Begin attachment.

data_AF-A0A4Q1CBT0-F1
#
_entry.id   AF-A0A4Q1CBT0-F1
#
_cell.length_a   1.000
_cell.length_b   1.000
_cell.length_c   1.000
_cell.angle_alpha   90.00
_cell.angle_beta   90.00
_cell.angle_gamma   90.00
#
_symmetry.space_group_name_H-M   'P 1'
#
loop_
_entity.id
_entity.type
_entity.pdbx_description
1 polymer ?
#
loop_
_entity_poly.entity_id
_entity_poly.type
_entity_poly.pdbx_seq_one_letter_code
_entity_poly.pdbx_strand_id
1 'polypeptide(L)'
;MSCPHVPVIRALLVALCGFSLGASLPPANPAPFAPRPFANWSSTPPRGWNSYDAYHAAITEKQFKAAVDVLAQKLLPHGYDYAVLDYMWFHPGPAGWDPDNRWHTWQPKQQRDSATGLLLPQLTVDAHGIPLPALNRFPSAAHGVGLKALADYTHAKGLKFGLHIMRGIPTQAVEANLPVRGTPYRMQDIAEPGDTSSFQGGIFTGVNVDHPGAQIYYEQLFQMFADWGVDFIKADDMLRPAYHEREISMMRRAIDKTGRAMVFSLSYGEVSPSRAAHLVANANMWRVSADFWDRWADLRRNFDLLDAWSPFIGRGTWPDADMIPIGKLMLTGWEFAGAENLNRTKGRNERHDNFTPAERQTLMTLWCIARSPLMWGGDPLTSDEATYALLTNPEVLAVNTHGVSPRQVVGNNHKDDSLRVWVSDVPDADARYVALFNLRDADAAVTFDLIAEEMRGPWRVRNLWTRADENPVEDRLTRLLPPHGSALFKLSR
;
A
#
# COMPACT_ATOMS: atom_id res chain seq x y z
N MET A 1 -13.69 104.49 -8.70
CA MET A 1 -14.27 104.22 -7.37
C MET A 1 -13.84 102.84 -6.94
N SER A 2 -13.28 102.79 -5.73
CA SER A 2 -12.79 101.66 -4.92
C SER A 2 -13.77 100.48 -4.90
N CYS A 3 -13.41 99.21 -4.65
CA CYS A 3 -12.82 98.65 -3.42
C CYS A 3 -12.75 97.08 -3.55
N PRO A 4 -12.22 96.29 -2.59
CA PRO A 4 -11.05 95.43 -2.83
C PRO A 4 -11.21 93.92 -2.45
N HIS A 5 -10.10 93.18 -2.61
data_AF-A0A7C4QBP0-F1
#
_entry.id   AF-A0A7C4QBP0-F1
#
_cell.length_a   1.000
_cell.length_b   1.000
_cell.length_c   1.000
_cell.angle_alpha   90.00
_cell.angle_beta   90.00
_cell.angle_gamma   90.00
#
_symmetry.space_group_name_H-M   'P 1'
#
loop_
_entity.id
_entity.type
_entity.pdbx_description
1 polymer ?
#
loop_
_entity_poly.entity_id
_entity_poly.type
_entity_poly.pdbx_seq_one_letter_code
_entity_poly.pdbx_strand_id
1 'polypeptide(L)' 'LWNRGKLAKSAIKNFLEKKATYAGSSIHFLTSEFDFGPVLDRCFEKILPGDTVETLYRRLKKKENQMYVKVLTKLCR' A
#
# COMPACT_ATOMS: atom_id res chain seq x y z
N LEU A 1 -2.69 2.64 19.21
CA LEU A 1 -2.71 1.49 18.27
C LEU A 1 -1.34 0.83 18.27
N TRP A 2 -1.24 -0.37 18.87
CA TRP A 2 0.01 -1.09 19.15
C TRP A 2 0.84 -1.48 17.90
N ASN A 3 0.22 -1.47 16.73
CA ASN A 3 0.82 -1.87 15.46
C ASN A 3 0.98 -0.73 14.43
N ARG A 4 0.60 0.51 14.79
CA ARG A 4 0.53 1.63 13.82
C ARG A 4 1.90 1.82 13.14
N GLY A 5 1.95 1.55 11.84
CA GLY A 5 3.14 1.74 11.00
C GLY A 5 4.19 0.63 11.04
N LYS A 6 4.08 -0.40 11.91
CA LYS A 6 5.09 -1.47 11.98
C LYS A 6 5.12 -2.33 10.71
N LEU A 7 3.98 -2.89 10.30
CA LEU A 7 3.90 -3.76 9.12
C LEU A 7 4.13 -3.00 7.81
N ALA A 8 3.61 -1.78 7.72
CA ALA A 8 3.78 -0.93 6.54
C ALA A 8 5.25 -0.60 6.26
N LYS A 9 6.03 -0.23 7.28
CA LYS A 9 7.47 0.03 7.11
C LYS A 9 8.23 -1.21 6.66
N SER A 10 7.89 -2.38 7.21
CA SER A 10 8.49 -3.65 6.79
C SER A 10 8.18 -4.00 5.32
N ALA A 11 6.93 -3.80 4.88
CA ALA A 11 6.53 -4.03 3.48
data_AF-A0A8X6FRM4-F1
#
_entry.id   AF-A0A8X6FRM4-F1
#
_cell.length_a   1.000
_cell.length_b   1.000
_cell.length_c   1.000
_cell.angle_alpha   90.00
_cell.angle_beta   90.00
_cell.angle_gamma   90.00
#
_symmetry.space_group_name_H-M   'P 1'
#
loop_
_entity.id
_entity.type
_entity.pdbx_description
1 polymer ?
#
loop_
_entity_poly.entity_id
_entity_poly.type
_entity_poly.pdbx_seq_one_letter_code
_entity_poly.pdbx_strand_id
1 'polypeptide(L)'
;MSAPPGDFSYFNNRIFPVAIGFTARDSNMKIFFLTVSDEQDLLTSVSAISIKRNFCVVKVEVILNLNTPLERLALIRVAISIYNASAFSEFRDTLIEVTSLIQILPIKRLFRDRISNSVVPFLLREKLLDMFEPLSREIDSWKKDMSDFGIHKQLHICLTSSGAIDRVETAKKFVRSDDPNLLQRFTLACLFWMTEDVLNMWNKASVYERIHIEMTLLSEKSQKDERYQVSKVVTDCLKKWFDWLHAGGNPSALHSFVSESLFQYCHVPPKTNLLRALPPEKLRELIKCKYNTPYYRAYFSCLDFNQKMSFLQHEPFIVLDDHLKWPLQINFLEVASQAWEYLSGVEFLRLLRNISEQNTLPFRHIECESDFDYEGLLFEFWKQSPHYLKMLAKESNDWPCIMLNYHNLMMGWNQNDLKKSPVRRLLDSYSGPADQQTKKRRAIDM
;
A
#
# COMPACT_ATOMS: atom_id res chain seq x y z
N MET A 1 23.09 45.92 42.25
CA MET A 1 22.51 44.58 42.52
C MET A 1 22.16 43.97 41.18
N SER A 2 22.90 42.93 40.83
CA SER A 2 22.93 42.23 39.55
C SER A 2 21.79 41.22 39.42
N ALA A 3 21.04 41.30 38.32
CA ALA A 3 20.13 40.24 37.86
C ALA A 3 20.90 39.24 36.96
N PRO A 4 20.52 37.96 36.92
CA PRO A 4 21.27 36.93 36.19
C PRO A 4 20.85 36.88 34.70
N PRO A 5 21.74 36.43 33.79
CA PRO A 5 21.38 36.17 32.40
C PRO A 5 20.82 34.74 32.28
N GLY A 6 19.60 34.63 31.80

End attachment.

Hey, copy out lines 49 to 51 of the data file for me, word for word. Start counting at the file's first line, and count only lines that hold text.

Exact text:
_cell.length_b   1.000
_cell.length_c   1.000
_cell.angle_alpha   90.00